"Throughout our history, we have cherished equality and religious freedom. This legislation does both. ... No religion will be barred from sayingwho they want to marry. Ultimately this is about people who love and cherish each other and honor that commitment," Murray said.
However, gay marriage opponents have threatened a signature drive to set up a public referendum to revoke any new gay marriage law. Gay marriage supporters expect that referendum to materialize. "We expect massive resources (to promote a referendum) from the religious right," said Zach Silk, campaign manager for Washington United For Marriage, a pro-gay-marraige coalition.
At the morning Senate hearing before the Government Operations Committee, the issue split between calls for equality against warnings about tampering with God's will.
"I don't think God is excited about this. ... You as a committee and as a legislature are saying that you know more than God," high-profile gay marriage opponent Rev. Ken Hutcherson of Kirlkand's Antioch Bible Church told the the Senate committee.
Joseph Backholm of the Family Policy Institute criticized the legislature for not taking gay marriage to a public referendum. "This decision is at least as imporant as the rate of our sales tax," he said, referring to Gov. Chris Gregoire's proposed half-penny sales tax increase referendum.
Seattle Roman Catholic Archbishop Peter Sartain said in opposing the bill: "Only the union of a man and a woman can generate human life. No other union is equilvalent."
Rev. Joe Fuiten of the Cedar Park Assembly of God Church contended that churches that oppose gay marriages could be stigmatized, hurting them on getting help and donations for charitable work. Several argued that gay marriage would split children among multiple parents. One speaker, Robert Riggs, argued: "This is a small group of people who want to change 400 years of the norm of the nation."
People and organizations supporting gay marriage at the hearing included the Washington Education Association, the United Church of Christ, the Evangelical Lutheran Church (leaving the matter up to individual congregation members and pastors), several Jewish rabbis, the League of Women Voters , the Washington Human Rights Commision, famous lesbian U.S. Army Col. Margarethe Cammermeyer, the Washington Psychological Assocation, the Seattle Restaurant Association, and one lifelong conservative Republican who has been married for 44 years and has a gay son. "My wife and I feel (gay marriage ) is no threat to our marriage," the man said. His son suffered a brain aneurysm in 2010 and is closely cared for by his partner.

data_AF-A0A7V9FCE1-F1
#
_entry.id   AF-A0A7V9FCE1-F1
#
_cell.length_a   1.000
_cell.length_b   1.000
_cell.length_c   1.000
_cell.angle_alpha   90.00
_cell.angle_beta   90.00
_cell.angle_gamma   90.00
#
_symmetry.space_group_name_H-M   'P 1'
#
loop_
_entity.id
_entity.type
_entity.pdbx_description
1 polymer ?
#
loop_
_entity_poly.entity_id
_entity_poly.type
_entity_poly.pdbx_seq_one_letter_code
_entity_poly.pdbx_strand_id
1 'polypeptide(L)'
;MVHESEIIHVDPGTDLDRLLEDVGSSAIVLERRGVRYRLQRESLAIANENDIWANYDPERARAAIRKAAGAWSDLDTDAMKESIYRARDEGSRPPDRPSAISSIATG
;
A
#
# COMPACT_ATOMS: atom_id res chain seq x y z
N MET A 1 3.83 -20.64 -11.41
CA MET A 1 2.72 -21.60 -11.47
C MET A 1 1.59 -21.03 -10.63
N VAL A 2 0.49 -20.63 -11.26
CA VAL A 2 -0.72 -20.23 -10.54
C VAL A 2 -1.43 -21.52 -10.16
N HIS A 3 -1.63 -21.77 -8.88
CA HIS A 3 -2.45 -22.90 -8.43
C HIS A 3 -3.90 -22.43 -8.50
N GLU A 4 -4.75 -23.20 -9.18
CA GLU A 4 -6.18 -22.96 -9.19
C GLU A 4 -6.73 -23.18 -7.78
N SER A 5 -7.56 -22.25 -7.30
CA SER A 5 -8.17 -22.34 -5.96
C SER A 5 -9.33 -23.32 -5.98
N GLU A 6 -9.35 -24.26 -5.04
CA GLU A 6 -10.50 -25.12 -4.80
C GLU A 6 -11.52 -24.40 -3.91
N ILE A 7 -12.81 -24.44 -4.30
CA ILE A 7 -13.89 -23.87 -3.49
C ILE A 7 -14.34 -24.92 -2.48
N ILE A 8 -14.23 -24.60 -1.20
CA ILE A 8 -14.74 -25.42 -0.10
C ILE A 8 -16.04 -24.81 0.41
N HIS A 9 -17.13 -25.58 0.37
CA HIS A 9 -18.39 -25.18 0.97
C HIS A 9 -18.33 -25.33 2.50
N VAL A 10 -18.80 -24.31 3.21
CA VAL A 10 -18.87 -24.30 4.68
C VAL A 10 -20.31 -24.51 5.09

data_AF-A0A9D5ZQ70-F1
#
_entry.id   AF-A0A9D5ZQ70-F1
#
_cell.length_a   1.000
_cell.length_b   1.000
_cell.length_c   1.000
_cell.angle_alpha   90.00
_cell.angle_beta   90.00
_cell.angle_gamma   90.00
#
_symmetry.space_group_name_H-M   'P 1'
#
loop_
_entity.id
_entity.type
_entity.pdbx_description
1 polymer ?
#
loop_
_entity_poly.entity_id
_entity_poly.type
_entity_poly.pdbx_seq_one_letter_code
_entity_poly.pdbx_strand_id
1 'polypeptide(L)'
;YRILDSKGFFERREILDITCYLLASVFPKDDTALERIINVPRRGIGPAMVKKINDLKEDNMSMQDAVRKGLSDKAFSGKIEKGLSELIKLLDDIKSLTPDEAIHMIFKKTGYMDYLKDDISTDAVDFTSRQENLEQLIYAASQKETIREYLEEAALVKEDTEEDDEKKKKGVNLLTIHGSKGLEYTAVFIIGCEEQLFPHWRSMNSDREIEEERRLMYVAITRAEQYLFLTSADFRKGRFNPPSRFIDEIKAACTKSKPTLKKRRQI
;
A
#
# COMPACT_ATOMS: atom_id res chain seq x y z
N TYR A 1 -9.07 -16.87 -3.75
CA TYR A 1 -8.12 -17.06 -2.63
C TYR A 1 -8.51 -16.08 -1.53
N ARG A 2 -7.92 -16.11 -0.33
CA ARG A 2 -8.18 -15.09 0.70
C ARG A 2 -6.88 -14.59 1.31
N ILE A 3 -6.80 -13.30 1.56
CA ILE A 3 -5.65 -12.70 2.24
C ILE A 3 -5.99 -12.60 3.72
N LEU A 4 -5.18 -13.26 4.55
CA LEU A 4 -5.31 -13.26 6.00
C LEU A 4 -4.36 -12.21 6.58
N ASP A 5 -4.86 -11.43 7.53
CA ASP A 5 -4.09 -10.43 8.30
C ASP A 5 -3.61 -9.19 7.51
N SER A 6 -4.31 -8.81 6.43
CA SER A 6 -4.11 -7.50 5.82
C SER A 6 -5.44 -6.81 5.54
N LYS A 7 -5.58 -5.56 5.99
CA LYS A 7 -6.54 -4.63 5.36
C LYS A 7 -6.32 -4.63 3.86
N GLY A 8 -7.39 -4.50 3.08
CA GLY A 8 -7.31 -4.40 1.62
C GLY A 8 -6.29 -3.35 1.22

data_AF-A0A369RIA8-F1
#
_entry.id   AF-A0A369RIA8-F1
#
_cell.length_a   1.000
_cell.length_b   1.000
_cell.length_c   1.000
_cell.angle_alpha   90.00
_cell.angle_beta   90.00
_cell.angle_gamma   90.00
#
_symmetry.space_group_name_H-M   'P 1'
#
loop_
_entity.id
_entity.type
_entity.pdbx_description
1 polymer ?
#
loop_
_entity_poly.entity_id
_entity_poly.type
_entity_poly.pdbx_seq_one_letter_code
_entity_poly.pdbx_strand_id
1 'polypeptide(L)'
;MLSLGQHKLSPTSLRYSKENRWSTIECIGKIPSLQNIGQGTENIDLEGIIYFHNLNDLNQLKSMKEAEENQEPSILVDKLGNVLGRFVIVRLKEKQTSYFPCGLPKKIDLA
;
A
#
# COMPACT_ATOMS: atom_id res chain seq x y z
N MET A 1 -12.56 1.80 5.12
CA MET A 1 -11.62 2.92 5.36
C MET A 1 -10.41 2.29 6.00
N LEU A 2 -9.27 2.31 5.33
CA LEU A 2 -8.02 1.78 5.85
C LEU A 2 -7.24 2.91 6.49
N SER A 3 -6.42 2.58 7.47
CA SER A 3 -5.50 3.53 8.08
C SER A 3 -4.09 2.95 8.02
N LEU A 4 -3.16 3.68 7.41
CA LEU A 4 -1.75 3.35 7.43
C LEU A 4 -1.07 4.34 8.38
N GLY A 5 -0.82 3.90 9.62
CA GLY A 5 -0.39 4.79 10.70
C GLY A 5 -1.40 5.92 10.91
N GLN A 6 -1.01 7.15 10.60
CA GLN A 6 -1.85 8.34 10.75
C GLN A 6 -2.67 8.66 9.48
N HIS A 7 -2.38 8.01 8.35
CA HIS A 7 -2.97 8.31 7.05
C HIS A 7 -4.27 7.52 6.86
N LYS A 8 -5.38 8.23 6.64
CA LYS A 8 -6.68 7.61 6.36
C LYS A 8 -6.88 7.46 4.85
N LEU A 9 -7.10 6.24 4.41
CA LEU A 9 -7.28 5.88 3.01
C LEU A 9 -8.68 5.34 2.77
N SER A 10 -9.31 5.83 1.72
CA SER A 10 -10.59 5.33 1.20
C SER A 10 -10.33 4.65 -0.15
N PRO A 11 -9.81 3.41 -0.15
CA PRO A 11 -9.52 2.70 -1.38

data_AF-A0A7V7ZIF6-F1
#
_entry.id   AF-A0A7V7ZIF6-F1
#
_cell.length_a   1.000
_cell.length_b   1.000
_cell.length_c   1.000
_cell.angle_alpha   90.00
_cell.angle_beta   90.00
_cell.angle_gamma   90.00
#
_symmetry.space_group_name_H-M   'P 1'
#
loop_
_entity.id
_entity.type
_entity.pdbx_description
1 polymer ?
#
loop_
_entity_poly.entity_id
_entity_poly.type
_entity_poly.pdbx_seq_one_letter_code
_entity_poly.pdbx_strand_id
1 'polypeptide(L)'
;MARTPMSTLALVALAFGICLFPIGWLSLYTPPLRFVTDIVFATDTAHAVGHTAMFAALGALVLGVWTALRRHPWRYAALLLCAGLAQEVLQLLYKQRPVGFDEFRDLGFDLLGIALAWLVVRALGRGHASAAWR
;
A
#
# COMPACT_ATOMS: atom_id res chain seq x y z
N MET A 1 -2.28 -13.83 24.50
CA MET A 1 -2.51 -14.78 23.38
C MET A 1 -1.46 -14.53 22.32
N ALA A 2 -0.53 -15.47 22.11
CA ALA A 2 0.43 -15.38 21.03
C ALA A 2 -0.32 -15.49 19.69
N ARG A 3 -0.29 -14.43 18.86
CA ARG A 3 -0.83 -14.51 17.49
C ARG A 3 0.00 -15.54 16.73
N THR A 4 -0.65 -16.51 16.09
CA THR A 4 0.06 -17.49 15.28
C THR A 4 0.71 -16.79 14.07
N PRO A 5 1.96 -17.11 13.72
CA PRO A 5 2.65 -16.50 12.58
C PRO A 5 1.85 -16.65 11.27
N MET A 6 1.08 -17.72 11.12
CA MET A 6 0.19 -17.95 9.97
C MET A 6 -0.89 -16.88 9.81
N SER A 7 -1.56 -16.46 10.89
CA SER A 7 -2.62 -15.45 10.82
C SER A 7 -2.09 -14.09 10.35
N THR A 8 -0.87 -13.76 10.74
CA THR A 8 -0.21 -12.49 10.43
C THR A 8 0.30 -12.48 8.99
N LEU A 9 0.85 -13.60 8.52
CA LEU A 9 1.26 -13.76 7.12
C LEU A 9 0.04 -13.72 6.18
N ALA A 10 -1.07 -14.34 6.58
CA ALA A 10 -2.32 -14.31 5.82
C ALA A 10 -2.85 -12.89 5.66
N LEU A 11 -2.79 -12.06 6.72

Tim Coley, a veteran Washington State Patrol sergeant, wants something more with his partner than a legal document authenticated by a notary public. He compared that arrangement to his partner and him being shareholders or members of a board of directors in a corporation.
Travis Rosenthal, president of the Seattle Restaurant Association, said his group sees dollar signs in supporting gay marriage. "There will be more weddings to cater, more receptions to host and more anniversaries to observe," he said.
Alan Steinman talked about going deep into the closet, making it up to rear admiral in the U.S. Coast Guard until he retired in 1997. Afraid to show up a numerous high-ranking social functions without a date, which would have started rumors that he was gay, Steinman put an ad in the Washingtonian magazine to find a woman. After sifting through return letters in those pre-Internet days, he sat down and talked with one woman who agreed to be his "friend" at social engagements. They are still good friends even though Steinman now has a partner of his own sex.
Steinman said to senators, "I'm asking this body to grant us the same rights as a straight couple."